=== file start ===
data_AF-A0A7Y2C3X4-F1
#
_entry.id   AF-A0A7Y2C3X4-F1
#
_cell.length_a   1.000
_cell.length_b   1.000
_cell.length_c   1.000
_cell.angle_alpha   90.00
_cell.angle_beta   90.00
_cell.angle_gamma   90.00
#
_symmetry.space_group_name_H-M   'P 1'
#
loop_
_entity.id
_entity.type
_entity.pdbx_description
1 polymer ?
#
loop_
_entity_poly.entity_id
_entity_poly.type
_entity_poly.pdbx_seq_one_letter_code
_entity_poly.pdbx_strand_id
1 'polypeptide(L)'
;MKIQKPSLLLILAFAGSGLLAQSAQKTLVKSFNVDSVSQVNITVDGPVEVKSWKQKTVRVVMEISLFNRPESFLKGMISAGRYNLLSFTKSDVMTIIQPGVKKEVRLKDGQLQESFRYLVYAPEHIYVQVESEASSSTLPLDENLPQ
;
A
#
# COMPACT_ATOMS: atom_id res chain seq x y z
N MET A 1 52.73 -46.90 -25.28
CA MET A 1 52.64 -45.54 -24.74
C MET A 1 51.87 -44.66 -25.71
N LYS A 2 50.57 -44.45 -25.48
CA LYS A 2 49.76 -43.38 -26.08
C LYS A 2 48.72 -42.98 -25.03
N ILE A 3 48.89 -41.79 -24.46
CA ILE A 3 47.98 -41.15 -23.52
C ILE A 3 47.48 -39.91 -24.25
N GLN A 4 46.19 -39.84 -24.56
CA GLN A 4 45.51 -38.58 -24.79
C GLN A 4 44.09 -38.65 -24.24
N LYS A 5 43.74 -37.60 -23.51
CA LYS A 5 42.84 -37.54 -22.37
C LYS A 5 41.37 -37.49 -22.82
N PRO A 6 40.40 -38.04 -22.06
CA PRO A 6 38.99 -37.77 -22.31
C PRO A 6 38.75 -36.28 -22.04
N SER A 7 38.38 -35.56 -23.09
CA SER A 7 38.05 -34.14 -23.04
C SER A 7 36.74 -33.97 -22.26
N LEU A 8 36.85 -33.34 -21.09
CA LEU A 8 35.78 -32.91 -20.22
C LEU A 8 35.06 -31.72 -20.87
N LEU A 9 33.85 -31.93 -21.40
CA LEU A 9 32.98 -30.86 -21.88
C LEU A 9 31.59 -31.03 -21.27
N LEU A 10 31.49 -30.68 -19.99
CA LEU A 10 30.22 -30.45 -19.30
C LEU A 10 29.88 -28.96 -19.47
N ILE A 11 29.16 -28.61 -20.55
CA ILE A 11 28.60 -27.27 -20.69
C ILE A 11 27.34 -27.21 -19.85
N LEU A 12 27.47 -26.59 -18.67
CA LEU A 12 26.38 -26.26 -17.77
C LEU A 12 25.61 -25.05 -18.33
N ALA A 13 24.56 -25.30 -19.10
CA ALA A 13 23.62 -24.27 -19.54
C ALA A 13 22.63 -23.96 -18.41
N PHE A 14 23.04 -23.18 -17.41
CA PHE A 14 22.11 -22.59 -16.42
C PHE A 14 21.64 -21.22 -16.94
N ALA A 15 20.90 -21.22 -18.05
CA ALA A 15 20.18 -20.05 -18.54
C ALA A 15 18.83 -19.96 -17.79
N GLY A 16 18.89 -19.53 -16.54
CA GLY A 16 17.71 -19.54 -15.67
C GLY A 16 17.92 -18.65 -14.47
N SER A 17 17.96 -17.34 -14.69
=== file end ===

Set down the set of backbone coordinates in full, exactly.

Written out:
data_AF-A0A7Y2C3X4-F1
#
_entry.id   AF-A0A7Y2C3X4-F1
#
_cell.length_a   1.000
_cell.length_b   1.000
_cell.length_c   1.000
_cell.angle_alpha   90.00
_cell.angle_beta   90.00
_cell.angle_gamma   90.00
#
_symmetry.space_group_name_H-M   'P 1'
#
loop_
_entity.id
_entity.type
_entity.pdbx_description
1 polymer ?
#
loop_
_entity_poly.entity_id
_entity_poly.type
_entity_poly.pdbx_seq_one_letter_code
_entity_poly.pdbx_strand_id
1 'polypeptide(L)'
;MKIQKPSLLLILAFAGSGLLAQSAQKTLVKSFNVDSVSQVNITVDGPVEVKSWKQKTVRVVMEISLFNRPESFLKGMISAGRYNLLSFTKSDVMTIIQPGVKKEVRLKDGQLQESFRYLVYAPEHIYVQVESEASSSTLPLDENLPQ
;
A
#
# COMPACT_ATOMS: atom_id res chain seq x y z
N MET A 1 52.73 -46.90 -25.28
CA MET A 1 52.64 -45.54 -24.74
C MET A 1 51.87 -44.66 -25.71
N LYS A 2 50.57 -44.45 -25.48
CA LYS A 2 49.76 -43.38 -26.08
C LYS A 2 48.72 -42.98 -25.03
N ILE A 3 48.89 -41.79 -24.46
CA ILE A 3 47.98 -41.15 -23.52
C ILE A 3 47.48 -39.91 -24.25
N GLN A 4 46.19 -39.84 -24.56
CA GLN A 4 45.51 -38.58 -24.79
C GLN A 4 44.09 -38.65 -24.24
N LYS A 5 43.74 -37.60 -23.51
CA LYS A 5 42.84 -37.54 -22.37
C LYS A 5 41.37 -37.49 -22.82
N PRO A 6 40.40 -38.04 -22.06
CA PRO A 6 38.99 -37.77 -22.31
C PRO A 6 38.75 -36.28 -22.04
N SER A 7 38.38 -35.56 -23.09
CA SER A 7 38.05 -34.14 -23.04
C SER A 7 36.74 -33.97 -22.26
N LEU A 8 36.85 -33.34 -21.09
CA LEU A 8 35.78 -32.91 -20.22
C LEU A 8 35.06 -31.72 -20.87
N LEU A 9 33.85 -31.93 -21.40
CA LEU A 9 32.98 -30.86 -21.88
C LEU A 9 31.59 -31.03 -21.27
N LEU A 10 31.49 -30.68 -19.99
CA LEU A 10 30.22 -30.45 -19.30
C LEU A 10 29.88 -28.96 -19.47
N ILE A 11 29.16 -28.61 -20.55
CA ILE A 11 28.60 -27.27 -20.69
C ILE A 11 27.34 -27.21 -19.85
N LEU A 12 27.47 -26.59 -18.67
CA LEU A 12 26.38 -26.26 -17.77
C LEU A 12 25.61 -25.05 -18.33
N ALA A 13 24.56 -25.30 -19.10
CA ALA A 13 23.62 -24.27 -19.54
C ALA A 13 22.63 -23.96 -18.41
N PHE A 14 23.04 -23.18 -17.41
CA PHE A 14 22.11 -22.59 -16.42
C PHE A 14 21.64 -21.22 -16.94
N ALA A 15 20.90 -21.22 -18.05
CA ALA A 15 20.18 -20.05 -18.54
C ALA A 15 18.83 -19.96 -17.79
N GLY A 16 18.89 -19.53 -16.54
CA GLY A 16 17.71 -19.54 -15.67
C GLY A 16 17.92 -18.65 -14.47
N SER A 17 17.96 -17.34 -14.69